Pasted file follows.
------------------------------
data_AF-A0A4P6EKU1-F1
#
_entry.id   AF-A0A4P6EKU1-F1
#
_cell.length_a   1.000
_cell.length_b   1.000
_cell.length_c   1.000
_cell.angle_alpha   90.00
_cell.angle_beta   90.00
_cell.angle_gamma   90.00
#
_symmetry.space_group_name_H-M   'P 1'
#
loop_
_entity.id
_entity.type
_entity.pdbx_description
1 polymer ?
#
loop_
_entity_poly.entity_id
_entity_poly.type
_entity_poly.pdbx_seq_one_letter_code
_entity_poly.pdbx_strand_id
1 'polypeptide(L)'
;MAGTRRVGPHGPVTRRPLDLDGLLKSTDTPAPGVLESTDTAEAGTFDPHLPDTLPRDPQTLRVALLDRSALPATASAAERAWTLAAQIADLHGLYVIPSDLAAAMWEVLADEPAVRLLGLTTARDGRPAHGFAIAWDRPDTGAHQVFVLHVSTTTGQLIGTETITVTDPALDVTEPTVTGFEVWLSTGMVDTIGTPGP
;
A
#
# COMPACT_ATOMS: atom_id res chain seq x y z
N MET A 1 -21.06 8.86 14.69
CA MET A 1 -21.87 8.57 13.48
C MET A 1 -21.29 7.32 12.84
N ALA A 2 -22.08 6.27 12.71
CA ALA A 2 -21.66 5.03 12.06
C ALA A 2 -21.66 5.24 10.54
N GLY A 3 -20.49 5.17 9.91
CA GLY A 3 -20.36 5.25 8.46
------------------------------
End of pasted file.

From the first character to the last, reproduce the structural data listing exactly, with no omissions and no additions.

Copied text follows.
data_AF-A0A4P6EKU1-F1
#
_entry.id   AF-A0A4P6EKU1-F1
#
_cell.length_a   1.000
_cell.length_b   1.000
_cell.length_c   1.000
_cell.angle_alpha   90.00
_cell.angle_beta   90.00
_cell.angle_gamma   90.00
#
_symmetry.space_group_name_H-M   'P 1'
#
loop_
_entity.id
_entity.type
_entity.pdbx_description
1 polymer ?
#
loop_
_entity_poly.entity_id
_entity_poly.type
_entity_poly.pdbx_seq_one_letter_code
_entity_poly.pdbx_strand_id
1 'polypeptide(L)'
;MAGTRRVGPHGPVTRRPLDLDGLLKSTDTPAPGVLESTDTAEAGTFDPHLPDTLPRDPQTLRVALLDRSALPATASAAERAWTLAAQIADLHGLYVIPSDLAAAMWEVLADEPAVRLLGLTTARDGRPAHGFAIAWDRPDTGAHQVFVLHVSTTTGQLIGTETITVTDPALDVTEPTVTGFEVWLSTGMVDTIGTPGP
;
A
#
# COMPACT_ATOMS: atom_id res chain seq x y z
N MET A 1 -21.06 8.86 14.69
CA MET A 1 -21.87 8.57 13.48
C MET A 1 -21.29 7.32 12.84
N ALA A 2 -22.08 6.27 12.71
CA ALA A 2 -21.66 5.03 12.06
C ALA A 2 -21.66 5.24 10.54
N GLY A 3 -20.49 5.17 9.91
CA GLY A 3 -20.36 5.25 8.46